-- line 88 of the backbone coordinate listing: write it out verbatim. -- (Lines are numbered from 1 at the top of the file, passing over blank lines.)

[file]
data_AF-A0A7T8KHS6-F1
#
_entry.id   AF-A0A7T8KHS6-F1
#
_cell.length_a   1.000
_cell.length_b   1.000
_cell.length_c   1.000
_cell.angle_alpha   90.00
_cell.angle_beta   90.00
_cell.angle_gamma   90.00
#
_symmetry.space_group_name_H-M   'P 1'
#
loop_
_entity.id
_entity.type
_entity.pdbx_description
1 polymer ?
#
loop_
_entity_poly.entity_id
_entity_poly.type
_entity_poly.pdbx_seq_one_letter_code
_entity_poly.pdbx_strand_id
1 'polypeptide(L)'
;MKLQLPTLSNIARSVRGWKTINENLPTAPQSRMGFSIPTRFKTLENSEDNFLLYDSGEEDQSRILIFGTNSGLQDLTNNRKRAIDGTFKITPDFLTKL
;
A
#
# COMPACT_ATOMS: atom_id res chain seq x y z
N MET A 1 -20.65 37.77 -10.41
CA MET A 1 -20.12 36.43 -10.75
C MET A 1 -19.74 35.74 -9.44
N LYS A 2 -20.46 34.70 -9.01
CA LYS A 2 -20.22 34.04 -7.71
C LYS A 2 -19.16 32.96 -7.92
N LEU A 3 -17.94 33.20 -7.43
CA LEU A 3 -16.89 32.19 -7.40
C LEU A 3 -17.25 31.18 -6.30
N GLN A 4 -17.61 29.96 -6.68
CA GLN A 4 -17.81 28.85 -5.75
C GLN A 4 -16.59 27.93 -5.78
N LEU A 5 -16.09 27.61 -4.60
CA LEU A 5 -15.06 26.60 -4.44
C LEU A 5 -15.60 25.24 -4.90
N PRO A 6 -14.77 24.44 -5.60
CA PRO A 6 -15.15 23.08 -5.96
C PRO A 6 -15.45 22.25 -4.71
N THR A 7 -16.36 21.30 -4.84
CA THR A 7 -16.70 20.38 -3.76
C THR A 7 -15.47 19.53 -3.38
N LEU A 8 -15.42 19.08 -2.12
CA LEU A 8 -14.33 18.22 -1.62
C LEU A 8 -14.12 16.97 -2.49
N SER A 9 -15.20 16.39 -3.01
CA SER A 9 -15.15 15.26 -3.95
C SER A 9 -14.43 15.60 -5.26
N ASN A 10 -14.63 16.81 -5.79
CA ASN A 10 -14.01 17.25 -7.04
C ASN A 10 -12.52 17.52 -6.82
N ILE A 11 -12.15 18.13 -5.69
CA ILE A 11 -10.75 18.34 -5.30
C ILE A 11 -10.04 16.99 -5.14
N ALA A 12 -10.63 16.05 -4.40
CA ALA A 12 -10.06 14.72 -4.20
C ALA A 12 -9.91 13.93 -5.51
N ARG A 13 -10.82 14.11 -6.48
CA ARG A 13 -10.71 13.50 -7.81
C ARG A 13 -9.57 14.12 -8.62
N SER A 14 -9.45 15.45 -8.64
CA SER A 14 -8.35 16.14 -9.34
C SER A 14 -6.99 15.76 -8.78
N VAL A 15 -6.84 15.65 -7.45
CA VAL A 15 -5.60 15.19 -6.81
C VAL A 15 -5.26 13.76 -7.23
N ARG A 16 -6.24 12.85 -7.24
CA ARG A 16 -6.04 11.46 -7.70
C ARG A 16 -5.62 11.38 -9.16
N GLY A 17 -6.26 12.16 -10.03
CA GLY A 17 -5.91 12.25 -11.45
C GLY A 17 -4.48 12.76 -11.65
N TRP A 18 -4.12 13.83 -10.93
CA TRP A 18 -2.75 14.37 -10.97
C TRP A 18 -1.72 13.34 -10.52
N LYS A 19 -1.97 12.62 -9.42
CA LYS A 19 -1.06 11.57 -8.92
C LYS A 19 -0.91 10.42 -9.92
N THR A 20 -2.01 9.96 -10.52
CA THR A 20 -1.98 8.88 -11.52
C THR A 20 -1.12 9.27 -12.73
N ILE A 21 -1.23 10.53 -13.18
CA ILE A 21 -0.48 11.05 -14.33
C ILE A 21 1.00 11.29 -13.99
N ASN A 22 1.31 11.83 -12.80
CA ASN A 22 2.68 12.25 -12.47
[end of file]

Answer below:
N THR A 20 -2.01 9.96 -10.52